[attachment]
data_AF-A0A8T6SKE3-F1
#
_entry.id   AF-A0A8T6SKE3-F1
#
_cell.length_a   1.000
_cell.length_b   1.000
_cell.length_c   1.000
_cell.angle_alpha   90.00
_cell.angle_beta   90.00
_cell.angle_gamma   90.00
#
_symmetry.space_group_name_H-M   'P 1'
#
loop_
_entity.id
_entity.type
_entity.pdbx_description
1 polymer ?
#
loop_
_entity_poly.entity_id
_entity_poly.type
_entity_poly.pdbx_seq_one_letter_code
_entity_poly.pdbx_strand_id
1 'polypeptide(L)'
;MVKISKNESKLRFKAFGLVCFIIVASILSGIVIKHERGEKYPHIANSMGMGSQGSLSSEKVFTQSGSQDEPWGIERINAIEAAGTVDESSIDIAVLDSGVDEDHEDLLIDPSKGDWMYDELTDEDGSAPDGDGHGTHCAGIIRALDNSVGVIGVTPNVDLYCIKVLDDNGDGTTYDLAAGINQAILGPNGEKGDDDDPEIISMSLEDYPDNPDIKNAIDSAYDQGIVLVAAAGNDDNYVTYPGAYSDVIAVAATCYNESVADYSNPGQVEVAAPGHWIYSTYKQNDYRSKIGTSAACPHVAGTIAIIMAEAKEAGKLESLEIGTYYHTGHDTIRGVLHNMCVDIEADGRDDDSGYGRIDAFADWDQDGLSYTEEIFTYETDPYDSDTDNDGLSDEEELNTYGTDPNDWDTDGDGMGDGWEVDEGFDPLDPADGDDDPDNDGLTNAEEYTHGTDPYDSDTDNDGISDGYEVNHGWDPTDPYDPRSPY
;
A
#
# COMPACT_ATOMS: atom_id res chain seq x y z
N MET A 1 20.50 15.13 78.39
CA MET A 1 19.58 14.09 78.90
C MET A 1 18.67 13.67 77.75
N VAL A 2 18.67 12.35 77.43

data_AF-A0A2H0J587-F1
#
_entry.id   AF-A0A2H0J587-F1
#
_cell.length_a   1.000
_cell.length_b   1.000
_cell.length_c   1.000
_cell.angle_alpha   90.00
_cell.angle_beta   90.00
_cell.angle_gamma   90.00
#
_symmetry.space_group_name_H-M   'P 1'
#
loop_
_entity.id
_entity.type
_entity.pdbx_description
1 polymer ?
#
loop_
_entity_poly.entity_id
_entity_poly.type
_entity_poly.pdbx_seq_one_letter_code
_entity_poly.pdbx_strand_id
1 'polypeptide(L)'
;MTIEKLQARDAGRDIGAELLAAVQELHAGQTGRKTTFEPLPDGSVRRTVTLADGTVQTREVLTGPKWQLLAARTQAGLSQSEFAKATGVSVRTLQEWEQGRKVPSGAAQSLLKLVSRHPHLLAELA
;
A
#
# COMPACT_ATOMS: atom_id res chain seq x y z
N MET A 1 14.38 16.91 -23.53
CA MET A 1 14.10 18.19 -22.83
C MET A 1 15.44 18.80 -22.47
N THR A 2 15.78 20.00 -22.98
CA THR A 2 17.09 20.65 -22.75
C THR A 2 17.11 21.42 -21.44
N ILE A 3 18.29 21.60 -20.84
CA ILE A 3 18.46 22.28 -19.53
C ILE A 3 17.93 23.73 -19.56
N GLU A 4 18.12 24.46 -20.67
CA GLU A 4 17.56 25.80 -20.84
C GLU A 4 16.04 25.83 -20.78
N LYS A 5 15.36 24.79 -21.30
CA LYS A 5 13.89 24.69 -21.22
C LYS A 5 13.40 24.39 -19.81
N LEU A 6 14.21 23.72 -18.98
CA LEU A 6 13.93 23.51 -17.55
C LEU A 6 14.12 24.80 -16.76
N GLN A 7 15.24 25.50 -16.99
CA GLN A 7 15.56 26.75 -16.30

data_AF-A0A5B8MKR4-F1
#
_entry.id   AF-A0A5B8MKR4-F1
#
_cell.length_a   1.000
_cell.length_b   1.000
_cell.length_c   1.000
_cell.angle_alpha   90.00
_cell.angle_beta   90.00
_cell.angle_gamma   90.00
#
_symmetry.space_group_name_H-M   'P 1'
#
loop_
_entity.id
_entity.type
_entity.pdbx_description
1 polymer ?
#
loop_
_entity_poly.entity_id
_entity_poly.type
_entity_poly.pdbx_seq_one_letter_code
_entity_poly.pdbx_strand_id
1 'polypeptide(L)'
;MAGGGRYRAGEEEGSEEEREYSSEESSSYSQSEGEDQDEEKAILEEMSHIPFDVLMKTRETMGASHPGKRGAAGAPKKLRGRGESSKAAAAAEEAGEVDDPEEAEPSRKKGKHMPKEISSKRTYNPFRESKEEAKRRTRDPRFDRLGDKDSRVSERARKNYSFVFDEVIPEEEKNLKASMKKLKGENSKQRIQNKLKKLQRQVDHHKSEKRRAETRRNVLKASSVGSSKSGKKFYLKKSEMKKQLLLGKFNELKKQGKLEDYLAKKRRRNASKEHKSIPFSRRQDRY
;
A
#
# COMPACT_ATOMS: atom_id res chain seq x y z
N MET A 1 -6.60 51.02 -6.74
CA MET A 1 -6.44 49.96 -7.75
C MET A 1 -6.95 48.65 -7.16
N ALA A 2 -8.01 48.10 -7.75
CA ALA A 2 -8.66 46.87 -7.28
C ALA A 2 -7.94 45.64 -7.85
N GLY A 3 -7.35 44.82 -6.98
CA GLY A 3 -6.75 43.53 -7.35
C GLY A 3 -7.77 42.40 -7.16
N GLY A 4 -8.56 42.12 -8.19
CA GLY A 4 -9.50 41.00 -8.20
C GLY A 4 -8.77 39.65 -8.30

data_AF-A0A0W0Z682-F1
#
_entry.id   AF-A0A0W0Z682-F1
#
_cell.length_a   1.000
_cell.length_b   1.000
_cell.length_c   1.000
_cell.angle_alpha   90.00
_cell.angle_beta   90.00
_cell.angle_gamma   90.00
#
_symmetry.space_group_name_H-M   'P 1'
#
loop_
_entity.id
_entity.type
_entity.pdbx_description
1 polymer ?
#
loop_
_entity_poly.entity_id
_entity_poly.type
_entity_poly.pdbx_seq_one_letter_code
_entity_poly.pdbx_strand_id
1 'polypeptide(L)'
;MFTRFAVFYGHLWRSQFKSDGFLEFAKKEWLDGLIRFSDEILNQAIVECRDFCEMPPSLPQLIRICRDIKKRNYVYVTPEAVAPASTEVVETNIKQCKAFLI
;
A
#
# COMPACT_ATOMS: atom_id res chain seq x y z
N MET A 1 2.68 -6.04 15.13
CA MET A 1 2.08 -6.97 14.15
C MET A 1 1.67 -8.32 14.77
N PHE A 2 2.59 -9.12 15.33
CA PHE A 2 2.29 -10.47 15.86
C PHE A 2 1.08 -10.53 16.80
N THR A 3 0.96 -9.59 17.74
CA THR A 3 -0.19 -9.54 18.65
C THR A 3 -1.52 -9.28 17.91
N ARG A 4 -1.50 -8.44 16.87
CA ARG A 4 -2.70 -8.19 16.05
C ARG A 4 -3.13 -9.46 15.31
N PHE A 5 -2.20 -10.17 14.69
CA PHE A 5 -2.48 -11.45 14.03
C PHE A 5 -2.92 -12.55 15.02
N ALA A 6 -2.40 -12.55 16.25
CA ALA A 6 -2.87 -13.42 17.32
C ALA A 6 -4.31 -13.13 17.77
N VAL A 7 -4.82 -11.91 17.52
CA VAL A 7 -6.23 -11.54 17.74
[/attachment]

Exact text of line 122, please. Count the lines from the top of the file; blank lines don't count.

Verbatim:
CA GLY A 3 -6.75 43.53 -7.35